To control the process, Baden has cut his hair the same way for the past 28 years. He intentionally keeps his facial hair closely trimmed, and he has worked to shoot from the same angle and in the same lighting for each portrait of himself. Somedays, he’ll make a mistake in shooting the picture, and others, a technical problem will surface. Thirteen years ago, Baden was diagnosed with cancer, and he lost much of his hair while being treated with chemotherapy and recovering, dramatically altering his appearance in the photo series.
“It’s all in the project,” he holds. “I couldn’t help that.”
Baden has recently worked to take the project outside itself. In one of his introductory courses, he has students photoshop his image from the day they were born. He is currently planning an exhibition of these photos, opening at BC on Feb. 1. While the outlet might have changed, the process remains the same for the photography professor.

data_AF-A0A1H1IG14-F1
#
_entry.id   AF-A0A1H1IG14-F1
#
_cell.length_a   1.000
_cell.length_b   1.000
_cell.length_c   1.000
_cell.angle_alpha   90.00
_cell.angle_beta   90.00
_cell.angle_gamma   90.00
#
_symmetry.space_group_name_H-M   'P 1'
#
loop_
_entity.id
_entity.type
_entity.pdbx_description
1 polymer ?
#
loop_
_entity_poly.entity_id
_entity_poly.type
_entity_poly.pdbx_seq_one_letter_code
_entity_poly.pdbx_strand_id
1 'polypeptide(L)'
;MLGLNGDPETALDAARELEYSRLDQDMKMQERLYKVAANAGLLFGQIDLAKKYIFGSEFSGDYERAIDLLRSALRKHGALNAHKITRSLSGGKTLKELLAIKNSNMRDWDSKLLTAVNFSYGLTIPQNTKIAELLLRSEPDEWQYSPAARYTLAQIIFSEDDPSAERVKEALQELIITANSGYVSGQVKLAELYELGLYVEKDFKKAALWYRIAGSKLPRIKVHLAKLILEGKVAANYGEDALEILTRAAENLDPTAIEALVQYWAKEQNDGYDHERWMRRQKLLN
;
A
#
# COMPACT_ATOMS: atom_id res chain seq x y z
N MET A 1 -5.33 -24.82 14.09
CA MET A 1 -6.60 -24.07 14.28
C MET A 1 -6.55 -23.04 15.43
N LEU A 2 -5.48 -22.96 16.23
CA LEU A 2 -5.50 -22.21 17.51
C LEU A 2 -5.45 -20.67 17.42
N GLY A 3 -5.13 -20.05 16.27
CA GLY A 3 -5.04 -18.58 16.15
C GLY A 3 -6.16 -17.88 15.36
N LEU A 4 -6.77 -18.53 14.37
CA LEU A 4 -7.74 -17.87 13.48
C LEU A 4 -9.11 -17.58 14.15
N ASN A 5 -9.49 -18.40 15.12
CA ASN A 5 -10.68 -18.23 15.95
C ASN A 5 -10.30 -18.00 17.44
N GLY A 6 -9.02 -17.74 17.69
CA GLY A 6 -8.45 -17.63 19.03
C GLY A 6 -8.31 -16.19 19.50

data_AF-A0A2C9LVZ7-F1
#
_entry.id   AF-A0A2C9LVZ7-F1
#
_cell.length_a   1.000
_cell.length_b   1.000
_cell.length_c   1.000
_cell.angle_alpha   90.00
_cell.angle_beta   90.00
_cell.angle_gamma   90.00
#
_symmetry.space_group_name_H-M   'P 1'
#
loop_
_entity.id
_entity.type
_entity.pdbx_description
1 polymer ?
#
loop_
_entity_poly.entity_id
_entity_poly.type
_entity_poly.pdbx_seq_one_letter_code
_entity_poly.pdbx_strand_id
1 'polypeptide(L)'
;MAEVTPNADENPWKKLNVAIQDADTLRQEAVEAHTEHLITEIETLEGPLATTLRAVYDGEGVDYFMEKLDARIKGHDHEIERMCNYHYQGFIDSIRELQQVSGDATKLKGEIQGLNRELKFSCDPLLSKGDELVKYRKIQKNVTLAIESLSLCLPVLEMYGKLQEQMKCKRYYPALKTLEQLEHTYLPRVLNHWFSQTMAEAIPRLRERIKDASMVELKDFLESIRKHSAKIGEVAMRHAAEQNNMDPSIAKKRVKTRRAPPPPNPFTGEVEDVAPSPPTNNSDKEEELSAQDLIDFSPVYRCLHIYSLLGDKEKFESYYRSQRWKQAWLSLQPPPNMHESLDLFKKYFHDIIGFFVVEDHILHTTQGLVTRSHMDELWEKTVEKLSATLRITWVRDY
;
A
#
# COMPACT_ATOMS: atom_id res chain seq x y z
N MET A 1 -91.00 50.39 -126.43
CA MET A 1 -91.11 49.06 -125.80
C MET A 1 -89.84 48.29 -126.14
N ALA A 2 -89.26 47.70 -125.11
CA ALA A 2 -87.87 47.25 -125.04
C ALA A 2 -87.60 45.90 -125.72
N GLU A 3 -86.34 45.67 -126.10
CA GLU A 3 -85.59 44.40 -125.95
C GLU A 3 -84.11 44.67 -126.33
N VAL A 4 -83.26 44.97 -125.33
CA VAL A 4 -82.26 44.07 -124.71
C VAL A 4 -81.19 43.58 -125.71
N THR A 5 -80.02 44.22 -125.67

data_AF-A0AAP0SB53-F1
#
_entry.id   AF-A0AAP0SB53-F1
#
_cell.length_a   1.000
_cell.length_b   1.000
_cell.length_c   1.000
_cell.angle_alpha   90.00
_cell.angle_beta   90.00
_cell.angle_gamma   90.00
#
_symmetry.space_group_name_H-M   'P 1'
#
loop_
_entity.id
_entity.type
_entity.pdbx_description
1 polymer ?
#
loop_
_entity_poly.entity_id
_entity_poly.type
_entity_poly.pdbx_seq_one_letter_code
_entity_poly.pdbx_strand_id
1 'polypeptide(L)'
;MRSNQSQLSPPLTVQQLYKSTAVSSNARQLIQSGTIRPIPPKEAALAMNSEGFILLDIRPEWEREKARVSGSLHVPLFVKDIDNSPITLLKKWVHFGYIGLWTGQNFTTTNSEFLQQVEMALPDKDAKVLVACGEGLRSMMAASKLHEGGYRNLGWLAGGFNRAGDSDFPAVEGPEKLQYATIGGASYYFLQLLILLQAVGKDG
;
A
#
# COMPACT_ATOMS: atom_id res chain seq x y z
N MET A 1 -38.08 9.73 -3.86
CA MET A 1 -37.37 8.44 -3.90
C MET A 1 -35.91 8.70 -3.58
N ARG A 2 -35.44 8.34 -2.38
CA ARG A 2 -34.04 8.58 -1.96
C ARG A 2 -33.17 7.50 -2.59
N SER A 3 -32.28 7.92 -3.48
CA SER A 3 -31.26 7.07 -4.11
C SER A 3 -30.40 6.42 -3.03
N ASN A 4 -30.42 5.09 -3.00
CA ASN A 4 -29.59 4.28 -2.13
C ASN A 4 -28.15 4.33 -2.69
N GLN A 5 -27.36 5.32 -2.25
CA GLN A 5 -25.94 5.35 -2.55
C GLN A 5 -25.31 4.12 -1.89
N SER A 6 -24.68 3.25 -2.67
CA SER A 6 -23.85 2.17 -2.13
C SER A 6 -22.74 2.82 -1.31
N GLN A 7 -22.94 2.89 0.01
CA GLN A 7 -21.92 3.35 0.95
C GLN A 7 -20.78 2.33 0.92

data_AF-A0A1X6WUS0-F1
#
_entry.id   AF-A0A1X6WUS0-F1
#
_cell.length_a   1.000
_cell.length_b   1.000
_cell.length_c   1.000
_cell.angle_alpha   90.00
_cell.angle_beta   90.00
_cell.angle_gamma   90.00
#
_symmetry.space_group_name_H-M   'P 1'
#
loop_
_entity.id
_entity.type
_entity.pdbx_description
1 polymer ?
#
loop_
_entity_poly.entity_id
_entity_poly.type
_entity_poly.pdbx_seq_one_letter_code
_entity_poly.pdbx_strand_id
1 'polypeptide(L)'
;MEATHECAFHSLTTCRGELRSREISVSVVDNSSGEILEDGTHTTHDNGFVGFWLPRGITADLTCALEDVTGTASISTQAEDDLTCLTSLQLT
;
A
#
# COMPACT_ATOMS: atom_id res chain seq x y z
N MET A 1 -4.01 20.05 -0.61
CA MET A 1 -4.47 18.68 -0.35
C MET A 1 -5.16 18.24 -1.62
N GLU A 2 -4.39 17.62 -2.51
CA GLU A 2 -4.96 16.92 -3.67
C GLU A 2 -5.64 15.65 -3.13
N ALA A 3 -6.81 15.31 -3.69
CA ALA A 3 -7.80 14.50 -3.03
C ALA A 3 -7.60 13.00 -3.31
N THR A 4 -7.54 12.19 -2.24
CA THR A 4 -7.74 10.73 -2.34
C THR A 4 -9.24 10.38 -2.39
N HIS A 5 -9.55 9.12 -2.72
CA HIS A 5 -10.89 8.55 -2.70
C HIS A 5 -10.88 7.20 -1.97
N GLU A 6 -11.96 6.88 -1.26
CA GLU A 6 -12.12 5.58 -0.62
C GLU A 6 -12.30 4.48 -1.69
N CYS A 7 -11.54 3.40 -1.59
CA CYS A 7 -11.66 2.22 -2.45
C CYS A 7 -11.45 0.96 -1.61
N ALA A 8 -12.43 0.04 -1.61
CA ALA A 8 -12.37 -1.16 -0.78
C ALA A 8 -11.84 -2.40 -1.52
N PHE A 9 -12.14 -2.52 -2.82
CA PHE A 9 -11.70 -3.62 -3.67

“I doubt it everyday.”
Uncertainty, according to Baden, is a critical part of his work. “If I see a friend, and I say, ‘How’s your work going?’ and they say ‘Oh, it’s totally going great, it’s under control,’ I’m suspicious,” he said. “I think that artwork comes out of doubt, and it comes out of questioning.”
Outside his work with “Every Day,” Baden describes himself as a street photographer. In 2009, as an extension of this role, he began a project photographing scenes from the front seat of his car. His work with cars recently garnered the attention of The Wheels Project, a collaboration of five photographers and one graphic artist operating primarily out of the greater Boston area.
“When they say The Wheels Project, it’s not specifically cars,” Baden notes. “It’s anything with wheels besides planes and trains, so that would include cars, motorcycles, skateboards, bicycles, and I think that The Wheels Project is about documenting that kind of wheel culture, how we get around, what we do to our cars in terms of personalization or making them stand out.”